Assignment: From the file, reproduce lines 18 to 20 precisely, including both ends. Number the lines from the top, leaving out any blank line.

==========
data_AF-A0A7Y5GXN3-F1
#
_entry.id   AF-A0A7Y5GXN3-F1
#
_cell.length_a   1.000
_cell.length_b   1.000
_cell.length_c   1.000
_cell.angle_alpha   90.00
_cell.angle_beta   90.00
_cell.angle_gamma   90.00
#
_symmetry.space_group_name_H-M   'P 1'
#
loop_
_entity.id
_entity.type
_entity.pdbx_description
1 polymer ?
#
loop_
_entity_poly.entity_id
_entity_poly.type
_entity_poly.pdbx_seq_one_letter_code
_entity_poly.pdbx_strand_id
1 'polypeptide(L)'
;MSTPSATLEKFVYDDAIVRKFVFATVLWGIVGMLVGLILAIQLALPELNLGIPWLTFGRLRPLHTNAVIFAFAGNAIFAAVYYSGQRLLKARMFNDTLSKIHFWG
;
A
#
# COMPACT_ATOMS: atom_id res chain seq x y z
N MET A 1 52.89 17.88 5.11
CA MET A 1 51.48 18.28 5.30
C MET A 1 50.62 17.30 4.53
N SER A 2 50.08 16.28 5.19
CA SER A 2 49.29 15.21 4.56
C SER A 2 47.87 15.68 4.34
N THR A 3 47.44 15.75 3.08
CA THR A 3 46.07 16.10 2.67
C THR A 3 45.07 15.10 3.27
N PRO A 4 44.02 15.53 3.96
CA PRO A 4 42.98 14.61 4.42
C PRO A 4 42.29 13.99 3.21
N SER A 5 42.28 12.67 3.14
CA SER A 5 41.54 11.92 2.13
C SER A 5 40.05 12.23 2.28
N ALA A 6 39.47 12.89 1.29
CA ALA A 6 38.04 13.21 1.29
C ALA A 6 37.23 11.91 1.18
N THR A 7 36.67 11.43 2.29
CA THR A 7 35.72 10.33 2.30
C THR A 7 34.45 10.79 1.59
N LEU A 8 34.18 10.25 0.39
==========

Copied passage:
1 polymer ?
#
loop_